Movie Review – The Grand Budapest Hotel

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Oct 142014
 

Grand Budapest HotelGRAND BUDAPEST HOTEL recounts the adventures of Gustave H, a legendary concierge at a famous European hotel between the wars, and Zero Moustafa, the lobby boy who becomes his most trusted friend. The story involves the theft and recovery of a priceless Renaissance painting and the battle for an enormous family fortune — all against the back-drop of a suddenly and dramatically changing Continent.

Rating: 8.2/10 (179,874 votes)
Director: Wes Anderson
Writer: Stefan Zweig (inspired by the writings of), Wes Anderson (screenplay), Wes Anderson (story), Hugo Guinness (story)
Stars: Ralph Fiennes, F. Murray Abraham, Mathieu Amalric, Adrien Brody
Runtime: 100 min
Rated: R
Genre: Comedy
Released: 28 Mar 2014

I watched this a couple of Saturday’s ago by myself when Lay had to work. I’d worked especially had during the week day evenings to get chores done, and have a real day off. While I did wind up having to trim a rather large and tall hedge we have on one side of the house. But this was a nice way to spend a quiet Saturday afternoon.

This film is funny, absurd (what else would you expect from Wes Craven), poignant, and exciting all at the same time.  Continue reading »

Atonement

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Mar 292008
 

Atonement, Click to view the trailerIn 1935, 13-year-old fledgling writer Briony Tallis (Saoirse Ronan) and her family live a life of wealth and privilege in their enormous mansion. On the warmest day of the year, the country estate takes on an unsettling hothouse atmosphere, stoking Briony’s vivid imagination. Robbie Turner (James McAvoy), the educated son of the family’s housekeeper, carries a torch for Briony’s headstrong older sister Cecilia (Kiera Knightley). Cecilia, he hopes, has comparable feelings; all it will take is one spark for this relationship to combust. When it does, Briony – who has a crush on Robbie – is compelled to interfere, going so far as accusing Robbie of a crime he did not commit. Cecilia and Robbie declare their love for each other, but he is arrested – and with Briony bearing false witness, the course of three lives is changed forever. Briony continues to seek forgiveness for her childhood misdeed. Through a terrible and courageous act of imagination, she finds the path to her uncertain atonement, and to an understanding of the power of enduring love.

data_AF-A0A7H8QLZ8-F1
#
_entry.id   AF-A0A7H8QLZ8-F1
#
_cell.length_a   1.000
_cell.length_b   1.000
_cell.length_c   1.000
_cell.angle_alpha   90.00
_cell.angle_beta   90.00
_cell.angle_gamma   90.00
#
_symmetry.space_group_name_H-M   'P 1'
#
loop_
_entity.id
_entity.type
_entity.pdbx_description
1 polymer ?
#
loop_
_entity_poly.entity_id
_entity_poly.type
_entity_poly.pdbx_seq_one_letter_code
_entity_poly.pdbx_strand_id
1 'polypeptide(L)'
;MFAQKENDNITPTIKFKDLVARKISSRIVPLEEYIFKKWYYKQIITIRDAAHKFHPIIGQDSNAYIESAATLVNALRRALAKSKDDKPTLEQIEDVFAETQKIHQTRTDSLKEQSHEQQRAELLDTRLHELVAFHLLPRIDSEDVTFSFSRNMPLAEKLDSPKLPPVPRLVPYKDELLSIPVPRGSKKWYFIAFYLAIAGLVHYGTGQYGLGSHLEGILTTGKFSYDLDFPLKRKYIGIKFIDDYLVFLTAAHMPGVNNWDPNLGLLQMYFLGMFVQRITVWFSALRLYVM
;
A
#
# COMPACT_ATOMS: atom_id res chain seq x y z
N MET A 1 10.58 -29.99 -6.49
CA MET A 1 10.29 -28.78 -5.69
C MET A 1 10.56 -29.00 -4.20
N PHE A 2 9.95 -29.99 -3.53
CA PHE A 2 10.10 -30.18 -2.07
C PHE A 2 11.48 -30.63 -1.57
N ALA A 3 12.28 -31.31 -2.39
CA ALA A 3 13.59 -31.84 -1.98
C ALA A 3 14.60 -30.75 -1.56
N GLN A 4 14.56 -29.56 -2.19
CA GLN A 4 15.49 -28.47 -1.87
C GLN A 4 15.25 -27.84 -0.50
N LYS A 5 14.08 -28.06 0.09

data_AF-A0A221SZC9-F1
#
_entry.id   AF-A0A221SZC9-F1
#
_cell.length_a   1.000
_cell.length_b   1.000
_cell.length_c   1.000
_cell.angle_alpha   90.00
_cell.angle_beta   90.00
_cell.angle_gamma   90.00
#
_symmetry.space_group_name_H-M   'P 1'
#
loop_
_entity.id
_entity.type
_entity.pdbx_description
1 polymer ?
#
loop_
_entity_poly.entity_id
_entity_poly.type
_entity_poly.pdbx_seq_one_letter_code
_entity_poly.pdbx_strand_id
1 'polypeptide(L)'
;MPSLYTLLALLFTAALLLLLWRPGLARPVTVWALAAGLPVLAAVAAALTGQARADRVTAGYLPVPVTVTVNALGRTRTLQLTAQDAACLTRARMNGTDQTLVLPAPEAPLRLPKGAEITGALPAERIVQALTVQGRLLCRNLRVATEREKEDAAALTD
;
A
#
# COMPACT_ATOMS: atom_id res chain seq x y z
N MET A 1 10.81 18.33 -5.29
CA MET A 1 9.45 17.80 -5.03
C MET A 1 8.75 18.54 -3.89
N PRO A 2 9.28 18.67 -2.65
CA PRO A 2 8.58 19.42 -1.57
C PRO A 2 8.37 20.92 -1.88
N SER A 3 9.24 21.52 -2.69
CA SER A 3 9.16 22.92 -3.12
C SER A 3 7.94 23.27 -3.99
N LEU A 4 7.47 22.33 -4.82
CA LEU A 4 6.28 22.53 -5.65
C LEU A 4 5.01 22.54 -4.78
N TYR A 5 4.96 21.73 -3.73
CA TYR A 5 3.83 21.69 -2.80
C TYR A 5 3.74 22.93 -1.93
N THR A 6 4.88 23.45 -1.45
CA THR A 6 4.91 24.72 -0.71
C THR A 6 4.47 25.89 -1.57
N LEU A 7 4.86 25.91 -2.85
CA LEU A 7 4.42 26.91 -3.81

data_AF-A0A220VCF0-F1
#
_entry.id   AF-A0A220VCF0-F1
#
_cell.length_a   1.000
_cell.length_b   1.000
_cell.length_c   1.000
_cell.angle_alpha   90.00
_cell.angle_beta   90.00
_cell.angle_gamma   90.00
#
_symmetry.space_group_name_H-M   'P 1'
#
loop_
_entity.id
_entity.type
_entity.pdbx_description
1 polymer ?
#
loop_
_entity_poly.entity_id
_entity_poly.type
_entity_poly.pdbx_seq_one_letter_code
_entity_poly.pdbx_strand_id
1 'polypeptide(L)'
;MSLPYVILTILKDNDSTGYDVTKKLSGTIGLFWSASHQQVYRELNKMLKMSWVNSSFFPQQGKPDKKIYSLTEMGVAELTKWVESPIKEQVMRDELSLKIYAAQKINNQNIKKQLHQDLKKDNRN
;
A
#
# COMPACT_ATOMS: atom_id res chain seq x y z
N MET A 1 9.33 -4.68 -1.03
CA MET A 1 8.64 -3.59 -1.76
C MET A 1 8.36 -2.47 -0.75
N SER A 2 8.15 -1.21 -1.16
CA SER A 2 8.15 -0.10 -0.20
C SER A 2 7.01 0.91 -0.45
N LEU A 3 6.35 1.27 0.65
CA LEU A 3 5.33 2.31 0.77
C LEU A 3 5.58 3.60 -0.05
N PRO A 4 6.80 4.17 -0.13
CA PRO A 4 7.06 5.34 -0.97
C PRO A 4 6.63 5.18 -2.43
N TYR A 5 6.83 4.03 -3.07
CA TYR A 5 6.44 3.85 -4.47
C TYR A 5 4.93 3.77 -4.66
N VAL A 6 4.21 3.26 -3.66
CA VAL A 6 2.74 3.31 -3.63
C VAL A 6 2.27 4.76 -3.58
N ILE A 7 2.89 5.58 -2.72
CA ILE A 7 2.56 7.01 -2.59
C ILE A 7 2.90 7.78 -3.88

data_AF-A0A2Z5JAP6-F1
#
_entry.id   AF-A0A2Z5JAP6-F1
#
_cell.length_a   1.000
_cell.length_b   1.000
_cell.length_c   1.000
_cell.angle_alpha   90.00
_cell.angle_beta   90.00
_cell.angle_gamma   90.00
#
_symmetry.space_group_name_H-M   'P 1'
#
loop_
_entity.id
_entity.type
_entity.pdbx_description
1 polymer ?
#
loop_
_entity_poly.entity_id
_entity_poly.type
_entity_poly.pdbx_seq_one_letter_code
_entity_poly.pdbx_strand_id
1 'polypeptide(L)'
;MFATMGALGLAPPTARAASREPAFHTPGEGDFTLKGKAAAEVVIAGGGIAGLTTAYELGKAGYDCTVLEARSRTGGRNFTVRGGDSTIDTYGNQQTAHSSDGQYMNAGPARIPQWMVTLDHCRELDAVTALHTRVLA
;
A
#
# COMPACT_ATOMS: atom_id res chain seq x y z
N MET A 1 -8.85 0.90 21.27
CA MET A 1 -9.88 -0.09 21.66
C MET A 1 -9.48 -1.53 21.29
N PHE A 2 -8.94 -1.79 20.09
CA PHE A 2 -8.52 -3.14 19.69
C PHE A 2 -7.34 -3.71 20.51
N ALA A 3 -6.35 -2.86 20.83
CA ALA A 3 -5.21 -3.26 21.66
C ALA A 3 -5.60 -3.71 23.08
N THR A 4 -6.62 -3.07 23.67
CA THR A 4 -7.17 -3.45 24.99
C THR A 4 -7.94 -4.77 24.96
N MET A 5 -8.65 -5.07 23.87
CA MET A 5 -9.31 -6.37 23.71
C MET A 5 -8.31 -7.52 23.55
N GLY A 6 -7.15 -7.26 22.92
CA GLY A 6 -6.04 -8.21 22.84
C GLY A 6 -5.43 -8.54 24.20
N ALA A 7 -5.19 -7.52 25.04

Genres: Drama, Romance, Adaptation and War

Running Time: 2 hrs. 2 min.

MPAA Rating: R for disturbing war images, language and some sexuality.

Starring: James McAvoy, Keira Knightley, Saoirse Ronan, Brenda Blethyn, Vanessa Redgrave

Directed by: Joe Wright

Atonement starts promisingly, dramatically, and with some humor, as the imagination and moral immaturity of young Briony Tallis lead at first to some standard British drawing room drama, and then to the brink of tragedy. Some very fine acting, cinematography, and great scenery help get us involved.

Then the movie abruptly shifts locations, actors, and pace. Although the plot switches to the historically dramatic circumstances of the second world war, our characters now seem only to be marking time.

And then, near the end of the movie, we are subjected to a writerly device, which forces us to re-evaluate the second half of the movie. There’s a great tradition of these tricks in film and we react differently to each one, but at the end of Atonement, when the device was played, my reaction was simply disappointment, and simply confirmed my decreased engagement in the second half of the movie. Whatever was the intended impact, the drama had long before seeped away.

It’s worth seeing for the acting, cinematography, and that dramatic first hour.

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